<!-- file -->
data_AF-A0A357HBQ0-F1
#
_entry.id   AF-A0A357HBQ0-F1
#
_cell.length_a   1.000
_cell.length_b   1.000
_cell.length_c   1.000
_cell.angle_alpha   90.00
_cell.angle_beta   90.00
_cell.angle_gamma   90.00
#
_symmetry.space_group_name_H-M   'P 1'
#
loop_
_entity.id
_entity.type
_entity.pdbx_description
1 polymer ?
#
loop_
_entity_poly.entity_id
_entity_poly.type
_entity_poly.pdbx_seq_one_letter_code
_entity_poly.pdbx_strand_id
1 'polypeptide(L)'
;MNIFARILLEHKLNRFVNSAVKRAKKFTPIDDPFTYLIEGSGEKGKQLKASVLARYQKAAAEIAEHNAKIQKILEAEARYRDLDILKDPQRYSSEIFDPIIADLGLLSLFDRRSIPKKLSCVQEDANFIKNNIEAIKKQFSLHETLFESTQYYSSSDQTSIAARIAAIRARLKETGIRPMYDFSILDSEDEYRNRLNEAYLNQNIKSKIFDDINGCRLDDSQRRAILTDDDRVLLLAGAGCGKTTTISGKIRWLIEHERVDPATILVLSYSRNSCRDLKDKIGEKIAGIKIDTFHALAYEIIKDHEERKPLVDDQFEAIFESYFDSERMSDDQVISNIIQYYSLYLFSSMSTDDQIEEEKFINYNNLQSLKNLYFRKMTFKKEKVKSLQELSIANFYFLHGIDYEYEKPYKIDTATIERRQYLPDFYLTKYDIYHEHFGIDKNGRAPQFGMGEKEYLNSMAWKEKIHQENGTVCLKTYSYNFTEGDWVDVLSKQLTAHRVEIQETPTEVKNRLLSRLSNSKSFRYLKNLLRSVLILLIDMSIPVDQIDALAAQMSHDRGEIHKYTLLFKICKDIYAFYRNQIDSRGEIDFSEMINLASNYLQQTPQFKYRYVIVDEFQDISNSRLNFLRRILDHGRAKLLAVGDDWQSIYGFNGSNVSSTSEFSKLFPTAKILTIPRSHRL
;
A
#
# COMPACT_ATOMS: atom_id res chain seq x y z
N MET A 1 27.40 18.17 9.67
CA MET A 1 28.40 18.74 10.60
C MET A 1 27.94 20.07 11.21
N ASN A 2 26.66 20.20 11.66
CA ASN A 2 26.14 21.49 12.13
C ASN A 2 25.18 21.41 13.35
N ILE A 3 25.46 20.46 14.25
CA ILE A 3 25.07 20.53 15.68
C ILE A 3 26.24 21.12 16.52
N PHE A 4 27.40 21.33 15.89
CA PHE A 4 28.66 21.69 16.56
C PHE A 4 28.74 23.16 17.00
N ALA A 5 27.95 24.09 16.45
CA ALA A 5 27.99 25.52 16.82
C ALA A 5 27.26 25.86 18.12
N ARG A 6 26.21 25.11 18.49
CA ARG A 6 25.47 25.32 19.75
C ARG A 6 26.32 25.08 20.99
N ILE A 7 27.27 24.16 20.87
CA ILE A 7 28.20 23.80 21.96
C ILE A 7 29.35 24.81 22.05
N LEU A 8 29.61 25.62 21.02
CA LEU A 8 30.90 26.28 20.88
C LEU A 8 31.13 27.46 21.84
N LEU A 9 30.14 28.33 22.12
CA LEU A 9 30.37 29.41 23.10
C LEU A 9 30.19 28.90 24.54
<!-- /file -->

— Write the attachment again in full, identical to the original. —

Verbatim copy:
data_AF-A0A357HBQ0-F1
#
_entry.id   AF-A0A357HBQ0-F1
#
_cell.length_a   1.000
_cell.length_b   1.000
_cell.length_c   1.000
_cell.angle_alpha   90.00
_cell.angle_beta   90.00
_cell.angle_gamma   90.00
#
_symmetry.space_group_name_H-M   'P 1'
#
loop_
_entity.id
_entity.type
_entity.pdbx_description
1 polymer ?
#
loop_
_entity_poly.entity_id
_entity_poly.type
_entity_poly.pdbx_seq_one_letter_code
_entity_poly.pdbx_strand_id
1 'polypeptide(L)'
;MNIFARILLEHKLNRFVNSAVKRAKKFTPIDDPFTYLIEGSGEKGKQLKASVLARYQKAAAEIAEHNAKIQKILEAEARYRDLDILKDPQRYSSEIFDPIIADLGLLSLFDRRSIPKKLSCVQEDANFIKNNIEAIKKQFSLHETLFESTQYYSSSDQTSIAARIAAIRARLKETGIRPMYDFSILDSEDEYRNRLNEAYLNQNIKSKIFDDINGCRLDDSQRRAILTDDDRVLLLAGAGCGKTTTISGKIRWLIEHERVDPATILVLSYSRNSCRDLKDKIGEKIAGIKIDTFHALAYEIIKDHEERKPLVDDQFEAIFESYFDSERMSDDQVISNIIQYYSLYLFSSMSTDDQIEEEKFINYNNLQSLKNLYFRKMTFKKEKVKSLQELSIANFYFLHGIDYEYEKPYKIDTATIERRQYLPDFYLTKYDIYHEHFGIDKNGRAPQFGMGEKEYLNSMAWKEKIHQENGTVCLKTYSYNFTEGDWVDVLSKQLTAHRVEIQETPTEVKNRLLSRLSNSKSFRYLKNLLRSVLILLIDMSIPVDQIDALAAQMSHDRGEIHKYTLLFKICKDIYAFYRNQIDSRGEIDFSEMINLASNYLQQTPQFKYRYVIVDEFQDISNSRLNFLRRILDHGRAKLLAVGDDWQSIYGFNGSNVSSTSEFSKLFPTAKILTIPRSHRL
;
A
#
# COMPACT_ATOMS: atom_id res chain seq x y z
N MET A 1 27.40 18.17 9.67
CA MET A 1 28.40 18.74 10.60
C MET A 1 27.94 20.07 11.21
N ASN A 2 26.66 20.20 11.66
CA ASN A 2 26.14 21.49 12.13
C ASN A 2 25.18 21.41 13.35
N ILE A 3 25.46 20.46 14.25
CA ILE A 3 25.07 20.53 15.68
C ILE A 3 26.24 21.12 16.52
N PHE A 4 27.40 21.33 15.89
CA PHE A 4 28.66 21.69 16.56
C PHE A 4 28.74 23.16 17.00
N ALA A 5 27.95 24.09 16.45
CA ALA A 5 27.99 25.52 16.82
C ALA A 5 27.26 25.86 18.12
N ARG A 6 26.21 25.11 18.49
CA ARG A 6 25.47 25.32 19.75
C ARG A 6 26.32 25.08 20.99
N ILE A 7 27.27 24.16 20.87
CA ILE A 7 28.20 23.80 21.96
C ILE A 7 29.35 24.81 22.05
N LEU A 8 29.61 25.62 21.02
CA LEU A 8 30.90 26.28 20.88
C LEU A 8 31.13 27.46 21.84
N LEU A 9 30.14 28.33 22.12
CA LEU A 9 30.37 29.41 23.10
C LEU A 9 30.19 28.90 24.54